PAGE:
Are we there yet? Evaluating success in early-stage startups

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Success is something we all strive for, but how can we define it on our own terms, especially for early-stage startups? What does early success look like?

There are a few different metrics you can use to determine if your company is growing as you’d hoped and having a sleek PR and Comms strategy can help you get there, as it can assist you in building your brand and raising awareness around it on a larger scale.

This can be beneficial not only from a public relations point of view as the exposure will help you get new partnerships and interest from investors, who find out about new opportunities by following the industry news.

To get started, you should pay attention to your FINANCIAL METRICS:

Burn Rate: This is the negative cash flow of a company. It shows how quickly a startup is spending money. This key metric is essential for determining how much cash the company needs to keep operating and growing.

It’s a great metric to use when trying to increase funds as it signals to existing investors how quickly their teams need to be fundraising and the level of risk the company is facing. It also signals to potential new investors how quickly you need to raise (i.e. you have less leverage if you’re in a rush) and how much cash you’ll need if they fund you.

Gross Margins: Your gross margins measure your operating profitability. Both the level and the trend are important. You should know what kind of gross margin is typical for your industry so you have a sense of where you stack up. Gross margins will tell you how effective your management, sales, and customer teams are at driving the business, what stage of the curve your business is in, what operating levers you can use to drive growth, and how close you are to inflexion points.

Revenue Growth Rate: Measuring revenue alone is not an effective measure for early-stage startups as most early-stage tech startups won’t be making much revenue. But with a revenue growth rate, it measures the month-over-month percentage increase in revenue. It’s one of the most common and important startup metrics as it provides a solid indicator of how quickly your startup is growing.

You should also look carefully at your CUSTOMER METRICS since your customers can be the most important metric to track. Customer happiness, engagement and onboarding are very important to the success of your business.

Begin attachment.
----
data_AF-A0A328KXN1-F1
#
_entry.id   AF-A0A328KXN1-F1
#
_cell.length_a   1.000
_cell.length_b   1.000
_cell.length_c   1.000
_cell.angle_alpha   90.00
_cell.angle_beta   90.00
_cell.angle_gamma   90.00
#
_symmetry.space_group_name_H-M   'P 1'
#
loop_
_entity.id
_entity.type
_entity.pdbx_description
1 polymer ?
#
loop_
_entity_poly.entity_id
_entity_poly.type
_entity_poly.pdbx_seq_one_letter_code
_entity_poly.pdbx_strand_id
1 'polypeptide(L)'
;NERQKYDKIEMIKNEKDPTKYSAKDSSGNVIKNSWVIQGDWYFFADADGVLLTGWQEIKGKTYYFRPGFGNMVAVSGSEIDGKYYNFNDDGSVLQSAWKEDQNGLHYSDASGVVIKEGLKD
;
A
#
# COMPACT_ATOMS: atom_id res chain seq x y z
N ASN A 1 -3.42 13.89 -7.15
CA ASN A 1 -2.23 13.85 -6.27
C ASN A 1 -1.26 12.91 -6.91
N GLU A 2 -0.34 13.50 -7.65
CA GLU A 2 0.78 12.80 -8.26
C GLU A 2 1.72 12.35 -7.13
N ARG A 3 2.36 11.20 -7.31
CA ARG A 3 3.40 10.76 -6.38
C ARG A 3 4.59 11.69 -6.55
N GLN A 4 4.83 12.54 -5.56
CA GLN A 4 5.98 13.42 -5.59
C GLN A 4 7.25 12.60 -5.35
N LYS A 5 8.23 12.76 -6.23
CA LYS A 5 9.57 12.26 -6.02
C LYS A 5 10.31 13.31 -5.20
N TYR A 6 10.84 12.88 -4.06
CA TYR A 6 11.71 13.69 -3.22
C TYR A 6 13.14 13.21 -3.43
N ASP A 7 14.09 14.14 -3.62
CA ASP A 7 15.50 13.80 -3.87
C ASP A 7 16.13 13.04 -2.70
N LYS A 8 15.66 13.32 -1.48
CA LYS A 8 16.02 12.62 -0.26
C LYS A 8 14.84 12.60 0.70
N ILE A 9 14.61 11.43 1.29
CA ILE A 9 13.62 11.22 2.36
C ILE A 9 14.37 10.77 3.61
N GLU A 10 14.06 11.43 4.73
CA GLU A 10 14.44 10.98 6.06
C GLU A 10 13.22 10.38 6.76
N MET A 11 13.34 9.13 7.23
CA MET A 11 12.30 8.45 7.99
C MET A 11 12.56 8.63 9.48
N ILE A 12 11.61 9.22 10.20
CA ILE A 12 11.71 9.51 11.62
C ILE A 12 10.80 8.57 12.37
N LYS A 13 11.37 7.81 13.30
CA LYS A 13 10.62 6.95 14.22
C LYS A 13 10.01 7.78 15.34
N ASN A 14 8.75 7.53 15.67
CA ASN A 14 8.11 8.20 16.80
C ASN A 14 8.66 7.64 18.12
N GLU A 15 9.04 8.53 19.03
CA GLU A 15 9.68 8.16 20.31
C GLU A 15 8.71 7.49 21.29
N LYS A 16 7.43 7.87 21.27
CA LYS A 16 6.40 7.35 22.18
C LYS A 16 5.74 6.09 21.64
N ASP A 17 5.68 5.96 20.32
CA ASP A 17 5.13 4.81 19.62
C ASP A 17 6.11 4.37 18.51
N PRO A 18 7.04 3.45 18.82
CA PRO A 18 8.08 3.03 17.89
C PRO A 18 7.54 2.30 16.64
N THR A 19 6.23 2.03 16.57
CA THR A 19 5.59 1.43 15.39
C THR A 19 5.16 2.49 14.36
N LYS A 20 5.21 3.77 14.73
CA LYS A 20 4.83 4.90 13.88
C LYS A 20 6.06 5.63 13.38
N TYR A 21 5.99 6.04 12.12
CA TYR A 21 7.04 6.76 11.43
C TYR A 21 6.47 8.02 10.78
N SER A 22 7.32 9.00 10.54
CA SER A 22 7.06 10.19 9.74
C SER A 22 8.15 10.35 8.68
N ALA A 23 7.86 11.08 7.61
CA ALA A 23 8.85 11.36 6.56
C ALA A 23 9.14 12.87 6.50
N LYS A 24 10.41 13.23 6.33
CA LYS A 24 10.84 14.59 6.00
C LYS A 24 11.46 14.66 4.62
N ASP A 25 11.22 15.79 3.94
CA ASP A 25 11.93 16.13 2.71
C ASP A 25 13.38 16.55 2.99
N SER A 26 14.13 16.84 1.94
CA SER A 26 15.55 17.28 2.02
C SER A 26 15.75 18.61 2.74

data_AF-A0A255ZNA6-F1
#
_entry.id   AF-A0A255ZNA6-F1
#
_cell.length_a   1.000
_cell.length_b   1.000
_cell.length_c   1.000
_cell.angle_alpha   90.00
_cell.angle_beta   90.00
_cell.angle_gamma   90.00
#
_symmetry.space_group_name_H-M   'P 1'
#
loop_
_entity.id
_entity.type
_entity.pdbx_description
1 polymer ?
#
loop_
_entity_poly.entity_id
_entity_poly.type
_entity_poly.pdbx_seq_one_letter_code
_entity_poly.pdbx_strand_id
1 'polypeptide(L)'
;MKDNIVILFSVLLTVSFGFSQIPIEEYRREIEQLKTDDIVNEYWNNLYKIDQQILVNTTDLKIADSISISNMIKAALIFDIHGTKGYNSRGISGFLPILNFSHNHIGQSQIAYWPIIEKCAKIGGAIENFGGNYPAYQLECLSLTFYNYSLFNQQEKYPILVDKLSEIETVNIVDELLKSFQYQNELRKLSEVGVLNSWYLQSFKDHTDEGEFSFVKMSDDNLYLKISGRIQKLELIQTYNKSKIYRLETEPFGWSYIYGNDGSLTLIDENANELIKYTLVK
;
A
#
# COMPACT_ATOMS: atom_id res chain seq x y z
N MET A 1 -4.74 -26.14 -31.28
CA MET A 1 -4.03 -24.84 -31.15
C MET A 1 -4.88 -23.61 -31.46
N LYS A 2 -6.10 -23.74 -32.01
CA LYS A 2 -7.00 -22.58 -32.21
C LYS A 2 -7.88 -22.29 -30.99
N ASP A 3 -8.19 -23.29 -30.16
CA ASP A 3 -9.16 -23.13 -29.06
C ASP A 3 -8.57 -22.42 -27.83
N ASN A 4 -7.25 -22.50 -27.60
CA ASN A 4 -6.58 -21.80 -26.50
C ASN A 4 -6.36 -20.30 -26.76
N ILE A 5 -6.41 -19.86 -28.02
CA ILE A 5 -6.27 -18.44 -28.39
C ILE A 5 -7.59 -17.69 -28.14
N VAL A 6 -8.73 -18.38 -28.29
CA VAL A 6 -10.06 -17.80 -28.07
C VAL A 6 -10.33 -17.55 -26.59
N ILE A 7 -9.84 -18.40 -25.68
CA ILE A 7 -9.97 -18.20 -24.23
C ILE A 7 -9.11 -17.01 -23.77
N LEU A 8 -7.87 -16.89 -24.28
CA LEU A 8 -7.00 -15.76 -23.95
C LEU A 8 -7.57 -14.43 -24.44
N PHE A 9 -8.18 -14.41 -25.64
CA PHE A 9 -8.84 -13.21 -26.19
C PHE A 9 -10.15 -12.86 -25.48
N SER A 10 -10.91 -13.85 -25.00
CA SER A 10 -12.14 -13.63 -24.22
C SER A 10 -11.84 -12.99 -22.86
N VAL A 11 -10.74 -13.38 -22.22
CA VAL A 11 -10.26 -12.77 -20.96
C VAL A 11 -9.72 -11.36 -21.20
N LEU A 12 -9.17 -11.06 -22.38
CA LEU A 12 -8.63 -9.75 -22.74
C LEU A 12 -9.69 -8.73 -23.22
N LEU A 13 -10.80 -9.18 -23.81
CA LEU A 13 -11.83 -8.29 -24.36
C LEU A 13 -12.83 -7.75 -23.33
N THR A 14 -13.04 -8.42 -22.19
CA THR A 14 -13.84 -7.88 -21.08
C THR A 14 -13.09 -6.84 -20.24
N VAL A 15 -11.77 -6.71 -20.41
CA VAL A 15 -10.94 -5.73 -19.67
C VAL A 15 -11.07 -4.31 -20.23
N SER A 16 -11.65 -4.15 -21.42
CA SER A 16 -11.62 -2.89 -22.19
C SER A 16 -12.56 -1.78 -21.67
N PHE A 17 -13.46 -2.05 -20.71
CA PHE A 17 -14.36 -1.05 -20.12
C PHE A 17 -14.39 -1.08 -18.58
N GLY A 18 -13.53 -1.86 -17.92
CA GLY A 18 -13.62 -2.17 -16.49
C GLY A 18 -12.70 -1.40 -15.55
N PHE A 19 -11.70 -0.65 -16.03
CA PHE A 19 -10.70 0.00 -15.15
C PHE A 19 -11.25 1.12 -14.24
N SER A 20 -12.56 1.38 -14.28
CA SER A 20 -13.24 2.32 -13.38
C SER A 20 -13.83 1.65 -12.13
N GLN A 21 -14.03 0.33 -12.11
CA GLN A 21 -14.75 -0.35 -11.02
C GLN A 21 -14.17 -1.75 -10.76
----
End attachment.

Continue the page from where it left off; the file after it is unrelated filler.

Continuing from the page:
Customer Acquisition Cost (CAC): Do you know how much it costs you to attract each customer? That’s what your CAC will show you. It’s a good way to monitor how efficient your sales process and sales team are. If the proportion of spend to impact is not improving over time, you need to make some changes.

Knowing these numbers can tell you a lot about where you are with your value proposition, messaging and conversion pipeline. Seeing potential customers/users not converting will tell you a lot about your business and the needs of your audience. Don’t just listen to your acquired users or customers, listen to those who have told you no, find out why and what you need to improve on. This can be the key to your success!  

Customer Churn Rate: How loyal is your customer base? Your churn rate shows how well you hold onto customers. The absolute value is important, but again, so is the trend. It should descend over time. If it suddenly spikes or plateaus at a high level, you need to figure out why. The numbers will be your guide.

But how does all of this tie-up with your PR and Comms strategy? Well, for one thing analysing these figures is a great way to see if the current strategy you have in place is working, as PR and Comms are the main drivers of strengthening your credibility not only with the media but with the general public too, which can help bring new business to you.

Another metric you should keep your eye on is your social media channels. An increase in followers and/or likes is an important thing to pay attention to. The power lies in the quality of those followers, their relevance to your market, and their willingness to engage and to ultimately buy what you are selling.

Provided you have a good strategy in place, your social following should grow organically over time. For fast growth, consider investing budget into paid social promotion of content. This will boost your reach but comes at a price.

BY TOTO OBI, JUNIOR AT CEW COMMUNICATIONS.